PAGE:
Sleek warrior of that hunting tribe –
he sallied downward,
deep, and dived through captive seas
that boomed and moaned
in sable-throated caves.
But the sea-born creature rose again
with a green and salted song:
of the kingdom lost beneath
the sea; drowned bells that ring
eternally; a sundered wall
in the western deep, a fluted
chalice brimmed with sand –
the fated, crusted
cup, capsized – escaped
from drunk Seithenyn’s hand
when the deluge thundered through;
vast fathomed fields of kelp, asway
where Gwyddno’s royal forests lay
beneath the indolence of waves …
beneath the indifferent sea.
He bobbed just once, and then was gone.
I was left alone with the Morlo’s song
and the grey, forgetful sea.
From ‘Welsh Past and Present’
Note: The principal narrator in this poem is of the animal kingdom, in Welsh morlo, ‘seacalf’ – a seal. He relates to a human onlooker a tale that is well-known to him from his intimate knowledge of these waters – the story of Cantre’r Gwaelod. It is a legend which will be known in some form or other by most Welsh folk; to others, perhaps, totally unknown. In outline, the popular version as it stands today is set out in the paragraph immediately below:
Cantre’r Gwaelod (‘The Lowland Hundred’) is in Welsh legend a sunken kingdom lying to the west of Wales in the waters of Cardigan Bay – an area of comparatively shallow waters sweeping from the Lleyn Peninsula in the north to the north-Pembrokeshire coast in the south. The submerged region has been, since about the 16th/17th centuries, associated with a Gwyddno Garanhir as its ruler, although an identification is uncertain; the 6th century ruler of Meirionydd, Gwyddno ap Clydno, has been favoured. According to the popularly accepted version of the story this extensive, low-lying fertile tract of land was protected by a great dyke furnished with sluice-gates which at low tide would be opened to drain the land. Responsible for the sea-defences was one Seithenyn, who is said to have one night neglected his duties due to his drunkenness, thus allowing the sea to inundate Gwyddno’s kingdom.
The earliest account of the story is found in the Llyfr Du Caerfyrddin, (‘The Black Book of Carmarthen’) dated to the early/mid 13th century, but with a language and content which suggest a much earlier, 9th or 10th century, original compilation.
Here, in the Englynion y Beddau (‘The Stanzas of the Graves’), a collection of 73 triplets describing the burial locations of Welsh heroes, not usually of firm history, but of saga and folklore, Englyn vi mentions the grave of Seithenyn and intimates a coastal location. Here is Englyn vi, from Thomas Jones’ 1967 critical text and translation:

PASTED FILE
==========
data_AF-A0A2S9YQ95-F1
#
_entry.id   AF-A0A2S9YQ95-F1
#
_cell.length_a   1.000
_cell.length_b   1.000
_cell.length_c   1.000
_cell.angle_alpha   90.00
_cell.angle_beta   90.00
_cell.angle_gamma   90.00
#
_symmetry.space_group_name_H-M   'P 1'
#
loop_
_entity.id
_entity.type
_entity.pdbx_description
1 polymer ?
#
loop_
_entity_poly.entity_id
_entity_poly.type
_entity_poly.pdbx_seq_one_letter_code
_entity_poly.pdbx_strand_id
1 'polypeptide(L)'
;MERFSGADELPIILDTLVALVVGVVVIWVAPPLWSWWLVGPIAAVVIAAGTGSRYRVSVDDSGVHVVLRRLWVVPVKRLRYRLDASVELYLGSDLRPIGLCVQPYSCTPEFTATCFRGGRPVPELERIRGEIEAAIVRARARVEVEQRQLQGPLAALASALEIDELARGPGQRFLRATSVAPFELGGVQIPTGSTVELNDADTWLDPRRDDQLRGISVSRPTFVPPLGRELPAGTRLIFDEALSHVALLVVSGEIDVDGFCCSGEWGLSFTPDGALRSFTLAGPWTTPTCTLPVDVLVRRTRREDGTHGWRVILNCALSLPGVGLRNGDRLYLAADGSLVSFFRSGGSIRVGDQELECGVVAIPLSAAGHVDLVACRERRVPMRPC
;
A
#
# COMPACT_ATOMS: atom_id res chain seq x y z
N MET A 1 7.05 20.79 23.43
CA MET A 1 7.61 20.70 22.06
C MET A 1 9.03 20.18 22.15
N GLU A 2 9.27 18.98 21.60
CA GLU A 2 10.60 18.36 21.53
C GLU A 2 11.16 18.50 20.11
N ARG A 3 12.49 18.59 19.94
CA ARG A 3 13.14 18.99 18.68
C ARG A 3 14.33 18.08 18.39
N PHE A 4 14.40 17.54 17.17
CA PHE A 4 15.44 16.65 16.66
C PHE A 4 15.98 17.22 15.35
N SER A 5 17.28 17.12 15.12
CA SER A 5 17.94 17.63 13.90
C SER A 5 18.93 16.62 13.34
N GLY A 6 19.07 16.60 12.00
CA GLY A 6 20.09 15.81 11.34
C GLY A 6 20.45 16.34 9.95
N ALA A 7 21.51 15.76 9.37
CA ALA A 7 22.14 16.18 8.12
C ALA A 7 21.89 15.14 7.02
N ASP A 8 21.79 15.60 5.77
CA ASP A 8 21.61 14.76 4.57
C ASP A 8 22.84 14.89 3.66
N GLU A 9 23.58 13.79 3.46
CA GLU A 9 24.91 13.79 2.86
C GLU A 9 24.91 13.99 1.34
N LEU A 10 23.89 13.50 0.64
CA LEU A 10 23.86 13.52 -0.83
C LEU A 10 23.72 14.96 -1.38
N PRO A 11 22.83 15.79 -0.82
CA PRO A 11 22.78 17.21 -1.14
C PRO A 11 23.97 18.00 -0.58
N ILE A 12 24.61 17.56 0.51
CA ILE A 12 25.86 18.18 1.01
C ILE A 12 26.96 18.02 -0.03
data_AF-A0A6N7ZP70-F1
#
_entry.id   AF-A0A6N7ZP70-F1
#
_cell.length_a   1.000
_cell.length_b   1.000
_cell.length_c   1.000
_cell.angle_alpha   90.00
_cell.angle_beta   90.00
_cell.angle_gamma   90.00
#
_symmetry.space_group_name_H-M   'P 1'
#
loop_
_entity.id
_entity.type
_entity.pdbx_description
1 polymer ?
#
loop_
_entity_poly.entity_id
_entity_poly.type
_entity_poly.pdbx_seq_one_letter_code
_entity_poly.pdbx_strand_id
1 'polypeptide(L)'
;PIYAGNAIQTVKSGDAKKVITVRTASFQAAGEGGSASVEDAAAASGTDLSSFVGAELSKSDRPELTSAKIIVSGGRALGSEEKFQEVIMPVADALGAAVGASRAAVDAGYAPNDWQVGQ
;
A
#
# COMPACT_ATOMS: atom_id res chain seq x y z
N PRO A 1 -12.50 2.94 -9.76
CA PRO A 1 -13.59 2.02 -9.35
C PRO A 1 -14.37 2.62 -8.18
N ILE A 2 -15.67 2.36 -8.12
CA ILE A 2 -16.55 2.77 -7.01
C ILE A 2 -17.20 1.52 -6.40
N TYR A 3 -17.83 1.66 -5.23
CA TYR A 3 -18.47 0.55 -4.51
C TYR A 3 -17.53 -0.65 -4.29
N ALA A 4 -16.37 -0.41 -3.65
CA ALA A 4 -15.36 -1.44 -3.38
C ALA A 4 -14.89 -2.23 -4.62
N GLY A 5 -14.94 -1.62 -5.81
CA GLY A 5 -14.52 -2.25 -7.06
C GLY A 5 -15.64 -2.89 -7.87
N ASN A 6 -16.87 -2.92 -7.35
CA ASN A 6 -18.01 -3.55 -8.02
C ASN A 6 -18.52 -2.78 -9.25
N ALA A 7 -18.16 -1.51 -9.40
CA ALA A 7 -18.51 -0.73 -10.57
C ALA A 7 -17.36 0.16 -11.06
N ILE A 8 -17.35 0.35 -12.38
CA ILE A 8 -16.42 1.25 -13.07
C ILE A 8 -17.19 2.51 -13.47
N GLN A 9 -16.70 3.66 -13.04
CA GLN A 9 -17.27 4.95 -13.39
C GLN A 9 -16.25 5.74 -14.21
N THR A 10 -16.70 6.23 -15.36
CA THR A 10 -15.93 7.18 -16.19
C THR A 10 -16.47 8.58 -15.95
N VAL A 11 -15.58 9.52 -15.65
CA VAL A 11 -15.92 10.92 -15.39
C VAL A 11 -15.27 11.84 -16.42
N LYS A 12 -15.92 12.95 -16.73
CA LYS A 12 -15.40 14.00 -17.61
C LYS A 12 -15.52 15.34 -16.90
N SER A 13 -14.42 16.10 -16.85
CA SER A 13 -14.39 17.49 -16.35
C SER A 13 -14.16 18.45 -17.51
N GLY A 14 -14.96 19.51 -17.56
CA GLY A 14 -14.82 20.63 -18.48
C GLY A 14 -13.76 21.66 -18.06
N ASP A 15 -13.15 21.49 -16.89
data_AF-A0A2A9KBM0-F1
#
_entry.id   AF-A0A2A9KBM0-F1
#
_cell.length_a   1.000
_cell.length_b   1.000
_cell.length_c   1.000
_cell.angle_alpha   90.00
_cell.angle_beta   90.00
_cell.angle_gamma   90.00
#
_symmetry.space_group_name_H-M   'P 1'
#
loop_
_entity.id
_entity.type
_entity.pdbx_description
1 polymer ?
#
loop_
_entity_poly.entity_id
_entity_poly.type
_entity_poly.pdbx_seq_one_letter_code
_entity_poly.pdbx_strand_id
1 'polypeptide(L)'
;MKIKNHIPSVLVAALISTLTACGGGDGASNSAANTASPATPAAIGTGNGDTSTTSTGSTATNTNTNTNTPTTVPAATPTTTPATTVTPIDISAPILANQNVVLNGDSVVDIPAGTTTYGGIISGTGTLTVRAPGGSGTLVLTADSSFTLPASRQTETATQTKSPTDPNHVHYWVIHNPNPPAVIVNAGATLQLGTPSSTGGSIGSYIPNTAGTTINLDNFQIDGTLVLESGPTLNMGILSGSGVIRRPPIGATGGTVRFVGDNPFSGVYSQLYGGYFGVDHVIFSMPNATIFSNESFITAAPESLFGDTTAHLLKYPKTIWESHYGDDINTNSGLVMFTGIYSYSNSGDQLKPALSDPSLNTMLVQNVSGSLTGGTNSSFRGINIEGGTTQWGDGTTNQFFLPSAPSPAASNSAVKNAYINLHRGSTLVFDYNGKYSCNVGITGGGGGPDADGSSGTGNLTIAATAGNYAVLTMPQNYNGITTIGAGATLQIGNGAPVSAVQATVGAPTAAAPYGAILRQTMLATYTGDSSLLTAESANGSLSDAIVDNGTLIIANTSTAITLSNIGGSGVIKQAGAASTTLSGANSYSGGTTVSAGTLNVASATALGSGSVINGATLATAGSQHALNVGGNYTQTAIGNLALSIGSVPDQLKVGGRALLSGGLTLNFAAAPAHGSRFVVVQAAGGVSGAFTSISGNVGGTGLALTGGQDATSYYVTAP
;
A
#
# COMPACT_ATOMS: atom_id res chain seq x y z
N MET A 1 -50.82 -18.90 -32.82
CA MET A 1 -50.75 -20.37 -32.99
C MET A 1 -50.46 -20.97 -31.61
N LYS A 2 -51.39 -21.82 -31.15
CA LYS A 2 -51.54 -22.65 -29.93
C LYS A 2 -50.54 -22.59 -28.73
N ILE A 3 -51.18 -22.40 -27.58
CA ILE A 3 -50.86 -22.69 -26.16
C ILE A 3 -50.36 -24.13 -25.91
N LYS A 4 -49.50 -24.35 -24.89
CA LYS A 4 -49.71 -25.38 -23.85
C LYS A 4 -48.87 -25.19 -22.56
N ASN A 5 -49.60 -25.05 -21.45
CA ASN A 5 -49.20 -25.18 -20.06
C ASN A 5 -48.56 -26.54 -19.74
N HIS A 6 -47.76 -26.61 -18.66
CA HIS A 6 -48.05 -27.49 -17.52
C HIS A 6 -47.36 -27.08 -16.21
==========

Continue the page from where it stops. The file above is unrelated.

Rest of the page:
Bet Seithennin sinhuir vann The grave of high-minded Seithennin
y rug Kaer Kenedir a glann is between Caer Cenedr and the shore
mor, mauridic a kinran. of the sea, a majestic leader.
Elsewhere in the Black Book, in the poem Boddi Maes Gwyddno (‘The Drowning of the Plain of Gwyddno’) which features what appears to be an exonerated Seithenyn, the blame for the deluge is placed on the maiden Meredid, who in two separate stanzas is supposed to have released the sea’s fury after (i) a feast and (ii) a battle [in this I follow the modernised Welsh 2015 text and translation of John K. Bollard]. In another source, The Welsh Triads – a mnemonic aid to the conservation of earlier tradition where individuals are grouped in threes – Seithenyn is portrayed as one of the ‘Three Immortal Drunkards of the Island of Britain’ [but whether this Triad is among Iolo Morgannwg’s suspect Third Series, and related to the popular stories of his drunkenness which had previously appeared, I don’t know; Rachel Bromwich’s Trioedd Ynys Prydain would no doubt provide the answer, but I don’t have my copy here]. So – was Seithenyn the great carouser of the more modern and accepted tale, or was he the ‘high-minded ruler’ of the earlier Black Book versions, and the blame fall on the maid Meredid? For my poem, I have gone along with the popularly accepted, if less antique, version.
There are many inundation myths. The closest parallels to Cantre’r Gwaelod are the Breton tale of Ker-Ys (rendered beautifully by the Breton harpist Alan Stivell), and the Arthurian legend of Lyonesse, notably in the famous Tristan and Iseult, and said to lie beneath the waves near Cornwall. Then there is the Welsh folk-song, Clychau Aberdyfi (The Bells of Aberdovey) which has it, in agreement with the later Welsh story, that bells can on certain occasions be heard tolling beneath the nearby sea. (This song became popular in the 18th century, so it seems that the later versions of Cantre’r Gwaelod faulting Seithenyn had at this time taken hold of the popular imagination.
Physically, the appearance of petrified forests which become visible at equinoctical tides has played its part in furthering belief in the one time existence of Gwyddno Garanhir’s drowned kingdom, as have parallel ridges of loose stones projecting into the sea toward the north of Cardigan Bay which have been dubbed ‘Caer Wyddno’ (‘Gwyddno’s Fort’) or ‘Sarn Badrig’ (Patrick’s Causeway’), and taken to be remnants of Gwyddno’s sea-defences. Geologically, these appear to be moraines deposited by the action of Ice Age glaciers. (Damn geologists!)
Sleek warrior of that hunting tribe –